Monday, October 31, 2005

Chomsky the massacre denier

Emma Brockes's interview is a reminder of when Chomsky crashed and burned:

'Look,' says Chomsky, 'there was a hysterical fanaticism about Bosnia in western culture which was very much like a passionate religious conviction. It was like old-fashioned Stalinism: if you depart a couple of millimetres from the party line, you're a traitor, you're destroyed. It's totally irrational. And Diane Johnstone, whether you like it or not, has done serious, honest work. And in the case of Living Marxism, for a big corporation to put a small newspaper out of business because they think something they reported was false, is outrageous.'

They didn't 'think' it was false; it was proven to be so in a court of law.

But Chomsky insists that 'LM was probably correct' and that, in any case, it is irrelevant. 'It had nothing to do with whether LM or Diane Johnstone were right or wrong.' It is a question, he says, of freedom of speech. 'And if they were wrong, sure; but don't just scream well, if you say you're in favour of that you're in favour of putting Jews in gas chambers.'

Eh? Not everyone who disagrees with him is a 'fanatic', I say. These are serious, trustworthy people.

'Like who?'

'Like my colleague, Ed Vulliamy.'

Vulliamy's reporting for the Guardian from the war in Bosnia won him the international reporter of the year award in 1993 and 1994. He was present when the ITN footage of the Bosnian Serb concentration camp was filmed and supported their case against LM magazine.

'Ed Vulliamy is a very good journalist, but he happened to be caught up in a story which is probably not true.'

1 comment:

Caspar Henderson said...

Letters to The Guardian

Falling out over Srebrenica

Wednesday November 2, 2005
The Guardian

Emma Brockes's report of her interview with me (G2, October 31), opens with the following headline:

"Q: Do you regret supporting those who say the Srebrenica massacre was exaggerated? A: My only regret is that I didn't do it strongly enough"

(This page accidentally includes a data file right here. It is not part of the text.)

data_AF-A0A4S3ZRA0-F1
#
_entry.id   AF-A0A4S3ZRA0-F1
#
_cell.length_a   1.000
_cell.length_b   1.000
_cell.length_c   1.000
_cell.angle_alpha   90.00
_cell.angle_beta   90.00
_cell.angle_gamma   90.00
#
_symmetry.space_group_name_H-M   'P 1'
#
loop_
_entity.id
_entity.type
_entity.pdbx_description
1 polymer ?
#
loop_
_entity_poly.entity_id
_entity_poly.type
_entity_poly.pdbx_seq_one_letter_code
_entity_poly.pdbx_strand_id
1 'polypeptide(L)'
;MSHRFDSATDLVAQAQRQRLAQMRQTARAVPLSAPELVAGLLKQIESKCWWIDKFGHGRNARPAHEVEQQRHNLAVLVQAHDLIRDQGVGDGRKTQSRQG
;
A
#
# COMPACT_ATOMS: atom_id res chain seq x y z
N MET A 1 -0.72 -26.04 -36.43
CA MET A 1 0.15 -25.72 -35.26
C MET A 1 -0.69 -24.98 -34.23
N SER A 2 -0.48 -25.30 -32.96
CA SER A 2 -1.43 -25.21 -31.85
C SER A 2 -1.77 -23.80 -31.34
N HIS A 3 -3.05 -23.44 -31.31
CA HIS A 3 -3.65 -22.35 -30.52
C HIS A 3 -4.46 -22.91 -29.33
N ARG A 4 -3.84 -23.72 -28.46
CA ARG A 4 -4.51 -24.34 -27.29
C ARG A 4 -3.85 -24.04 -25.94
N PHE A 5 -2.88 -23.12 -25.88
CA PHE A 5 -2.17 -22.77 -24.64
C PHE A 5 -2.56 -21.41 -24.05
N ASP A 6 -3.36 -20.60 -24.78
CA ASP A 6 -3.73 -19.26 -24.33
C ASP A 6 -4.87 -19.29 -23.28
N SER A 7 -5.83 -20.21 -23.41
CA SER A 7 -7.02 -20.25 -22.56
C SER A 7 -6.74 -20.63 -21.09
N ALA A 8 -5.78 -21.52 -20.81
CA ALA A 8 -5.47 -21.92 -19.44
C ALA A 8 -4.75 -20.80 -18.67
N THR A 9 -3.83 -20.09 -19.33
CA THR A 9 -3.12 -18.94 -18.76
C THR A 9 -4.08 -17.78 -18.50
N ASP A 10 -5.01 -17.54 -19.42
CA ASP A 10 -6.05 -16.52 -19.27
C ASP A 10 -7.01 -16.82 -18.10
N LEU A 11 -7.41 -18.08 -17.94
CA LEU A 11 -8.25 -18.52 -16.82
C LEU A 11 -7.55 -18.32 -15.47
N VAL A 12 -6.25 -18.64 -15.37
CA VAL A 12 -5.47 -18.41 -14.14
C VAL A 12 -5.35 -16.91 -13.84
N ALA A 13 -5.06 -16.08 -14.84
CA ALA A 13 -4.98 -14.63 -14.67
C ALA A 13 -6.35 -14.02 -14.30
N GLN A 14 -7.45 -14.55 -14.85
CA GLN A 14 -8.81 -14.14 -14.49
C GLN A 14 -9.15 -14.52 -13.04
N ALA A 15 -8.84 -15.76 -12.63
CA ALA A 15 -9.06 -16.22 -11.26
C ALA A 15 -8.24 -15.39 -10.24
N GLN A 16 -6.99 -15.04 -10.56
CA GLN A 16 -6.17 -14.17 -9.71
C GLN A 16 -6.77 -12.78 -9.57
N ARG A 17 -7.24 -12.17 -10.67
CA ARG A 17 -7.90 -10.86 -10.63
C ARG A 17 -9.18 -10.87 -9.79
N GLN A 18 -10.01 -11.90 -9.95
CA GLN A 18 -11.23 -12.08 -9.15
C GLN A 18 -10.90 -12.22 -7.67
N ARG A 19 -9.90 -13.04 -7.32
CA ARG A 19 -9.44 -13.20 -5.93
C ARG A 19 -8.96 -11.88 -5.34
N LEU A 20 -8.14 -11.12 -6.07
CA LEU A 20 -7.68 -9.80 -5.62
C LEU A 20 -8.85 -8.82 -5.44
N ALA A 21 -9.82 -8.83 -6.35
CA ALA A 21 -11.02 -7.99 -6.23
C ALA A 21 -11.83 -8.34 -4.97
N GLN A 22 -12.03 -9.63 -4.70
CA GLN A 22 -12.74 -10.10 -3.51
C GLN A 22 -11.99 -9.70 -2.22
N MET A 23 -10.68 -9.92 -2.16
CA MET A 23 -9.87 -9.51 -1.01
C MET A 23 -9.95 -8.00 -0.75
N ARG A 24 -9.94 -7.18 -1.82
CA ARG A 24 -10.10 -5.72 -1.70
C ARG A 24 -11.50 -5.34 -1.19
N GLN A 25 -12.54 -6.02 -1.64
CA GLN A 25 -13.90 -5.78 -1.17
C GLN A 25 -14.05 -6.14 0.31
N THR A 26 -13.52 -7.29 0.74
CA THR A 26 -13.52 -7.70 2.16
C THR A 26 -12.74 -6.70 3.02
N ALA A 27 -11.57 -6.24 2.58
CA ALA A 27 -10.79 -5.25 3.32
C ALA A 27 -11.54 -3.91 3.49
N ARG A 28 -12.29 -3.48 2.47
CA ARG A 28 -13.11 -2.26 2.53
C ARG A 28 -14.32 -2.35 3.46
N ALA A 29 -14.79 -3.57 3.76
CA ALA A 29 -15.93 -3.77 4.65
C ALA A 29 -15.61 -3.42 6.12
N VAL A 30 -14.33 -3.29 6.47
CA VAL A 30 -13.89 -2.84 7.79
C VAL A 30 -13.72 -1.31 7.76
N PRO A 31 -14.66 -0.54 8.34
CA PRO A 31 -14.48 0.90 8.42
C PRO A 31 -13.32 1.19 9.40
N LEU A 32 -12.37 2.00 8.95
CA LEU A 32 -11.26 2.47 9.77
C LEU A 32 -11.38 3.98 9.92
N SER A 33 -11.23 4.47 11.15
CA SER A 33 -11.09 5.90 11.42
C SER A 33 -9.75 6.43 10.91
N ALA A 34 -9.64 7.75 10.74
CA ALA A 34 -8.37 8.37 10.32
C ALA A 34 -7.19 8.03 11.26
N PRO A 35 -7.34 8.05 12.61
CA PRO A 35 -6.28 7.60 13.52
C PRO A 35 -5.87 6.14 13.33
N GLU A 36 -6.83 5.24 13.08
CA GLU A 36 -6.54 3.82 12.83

I did express my regret: namely, that I did not support Diana Johnstone's right to publish strongly enough when her book was withdrawn by the publisher after dishonest press attacks, which I reviewed in an open letter that any reporter could have easily discovered. The remainder of Brockes's report continues in the same vein. Even when the words attributed to me have some resemblance to accuracy, I take no responsibility for them, because of the invented contexts in which they appear.

As for her personal opinions, interpretations and distortions, she is of course free to publish them, and I would, of course, support her right to do so, on grounds that she makes quite clear she does not understand.
Noam Chomsky
Lexington, Mass, USA

I am a survivor of the Omarska concentration camp. As such I was shocked by some of the views of Noam Chomsky in the article by Emma Brockes. Chomsky describes the revisionist work of a journalist, Diana Johnstone, on the camps and events at Srebrenica 1995. The importance of this issue is not about the number of people who were killed in and around Srebrenica, but about deliberate attempts to at best trivialise, at worst deny, genocidal acts committed by Serb nationalists in Bosnia.

If Srebrenica has been a lie, then all the other Bosnian-Serb nationalists' crimes in the three years before Srebrenica must be false too. Mr Chomsky has the audacity to claim that Living Marxism was "probably right" to claim the pictures ITN took on that fateful August afternoon in 1992 - a visit which has made it possible for me to be writing this letter 13 years later - were false. This is an insult not only to those who saved my life, but to survivors like myself.

Ed Vulliamy, Penny Marshall and Ian Williams were the first foreign witnesses to the existence of the camps at Omarska and Trnopolje, where Bosnian Muslims and Croats were incarcerated, tortured and executed in a manner that merits no justification. However, saying that Vulliamy "happened to be caught up in a story which is probably not true" has the effect of excusing these crimes. And because I was incarcerated in Omarska in August 1992, when Vulliamy arrived there, I guess I am also a liar. My experiences in that horrendous period, shared by thousands of others, were far from a "story". My imagination could never have anticipated the gritty taste of the cruelty delivered by an ugly collaboration of strangers alongside neighbours, teachers and schoolmates. My memories don't come from a storybook.
Kemal Pervanic

Author, The Killing Days: My Journey Through the Bosnia War